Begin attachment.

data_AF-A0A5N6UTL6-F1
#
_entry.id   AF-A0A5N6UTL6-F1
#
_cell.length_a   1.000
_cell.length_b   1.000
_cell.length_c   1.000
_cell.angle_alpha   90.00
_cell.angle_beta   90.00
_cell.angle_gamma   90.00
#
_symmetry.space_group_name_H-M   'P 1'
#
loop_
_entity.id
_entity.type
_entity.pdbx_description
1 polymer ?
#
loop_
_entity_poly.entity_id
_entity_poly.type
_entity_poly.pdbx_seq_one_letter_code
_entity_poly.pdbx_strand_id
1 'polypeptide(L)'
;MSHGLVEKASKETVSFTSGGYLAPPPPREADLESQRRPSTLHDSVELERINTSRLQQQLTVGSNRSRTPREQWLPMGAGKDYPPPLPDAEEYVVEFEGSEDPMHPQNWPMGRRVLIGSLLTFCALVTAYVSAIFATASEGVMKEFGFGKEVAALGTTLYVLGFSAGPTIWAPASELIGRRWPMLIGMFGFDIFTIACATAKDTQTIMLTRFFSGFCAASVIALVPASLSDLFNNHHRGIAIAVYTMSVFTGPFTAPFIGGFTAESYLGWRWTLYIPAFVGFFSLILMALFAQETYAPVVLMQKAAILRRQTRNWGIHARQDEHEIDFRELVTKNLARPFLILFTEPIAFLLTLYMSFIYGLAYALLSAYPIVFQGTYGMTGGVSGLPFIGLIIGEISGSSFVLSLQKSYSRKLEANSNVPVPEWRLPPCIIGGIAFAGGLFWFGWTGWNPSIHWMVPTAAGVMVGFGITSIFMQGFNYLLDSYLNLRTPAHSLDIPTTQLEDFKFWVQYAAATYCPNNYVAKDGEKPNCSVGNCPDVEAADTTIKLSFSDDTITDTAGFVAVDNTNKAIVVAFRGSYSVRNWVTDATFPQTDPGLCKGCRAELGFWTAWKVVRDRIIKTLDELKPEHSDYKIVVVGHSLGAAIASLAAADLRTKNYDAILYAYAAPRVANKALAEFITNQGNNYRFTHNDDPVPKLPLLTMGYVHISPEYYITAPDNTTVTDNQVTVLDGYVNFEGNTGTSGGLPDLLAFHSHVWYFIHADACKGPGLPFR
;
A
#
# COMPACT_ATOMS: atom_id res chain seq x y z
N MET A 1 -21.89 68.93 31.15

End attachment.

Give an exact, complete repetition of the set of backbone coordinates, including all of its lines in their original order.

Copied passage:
data_AF-A0A5N6UTL6-F1
#
_entry.id   AF-A0A5N6UTL6-F1
#
_cell.length_a   1.000
_cell.length_b   1.000
_cell.length_c   1.000
_cell.angle_alpha   90.00
_cell.angle_beta   90.00
_cell.angle_gamma   90.00
#
_symmetry.space_group_name_H-M   'P 1'
#
loop_
_entity.id
_entity.type
_entity.pdbx_description
1 polymer ?
#
loop_
_entity_poly.entity_id
_entity_poly.type
_entity_poly.pdbx_seq_one_letter_code
_entity_poly.pdbx_strand_id
1 'polypeptide(L)'
;MSHGLVEKASKETVSFTSGGYLAPPPPREADLESQRRPSTLHDSVELERINTSRLQQQLTVGSNRSRTPREQWLPMGAGKDYPPPLPDAEEYVVEFEGSEDPMHPQNWPMGRRVLIGSLLTFCALVTAYVSAIFATASEGVMKEFGFGKEVAALGTTLYVLGFSAGPTIWAPASELIGRRWPMLIGMFGFDIFTIACATAKDTQTIMLTRFFSGFCAASVIALVPASLSDLFNNHHRGIAIAVYTMSVFTGPFTAPFIGGFTAESYLGWRWTLYIPAFVGFFSLILMALFAQETYAPVVLMQKAAILRRQTRNWGIHARQDEHEIDFRELVTKNLARPFLILFTEPIAFLLTLYMSFIYGLAYALLSAYPIVFQGTYGMTGGVSGLPFIGLIIGEISGSSFVLSLQKSYSRKLEANSNVPVPEWRLPPCIIGGIAFAGGLFWFGWTGWNPSIHWMVPTAAGVMVGFGITSIFMQGFNYLLDSYLNLRTPAHSLDIPTTQLEDFKFWVQYAAATYCPNNYVAKDGEKPNCSVGNCPDVEAADTTIKLSFSDDTITDTAGFVAVDNTNKAIVVAFRGSYSVRNWVTDATFPQTDPGLCKGCRAELGFWTAWKVVRDRIIKTLDELKPEHSDYKIVVVGHSLGAAIASLAAADLRTKNYDAILYAYAAPRVANKALAEFITNQGNNYRFTHNDDPVPKLPLLTMGYVHISPEYYITAPDNTTVTDNQVTVLDGYVNFEGNTGTSGGLPDLLAFHSHVWYFIHADACKGPGLPFR
;
A
#
# COMPACT_ATOMS: atom_id res chain seq x y z
N MET A 1 -21.89 68.93 31.15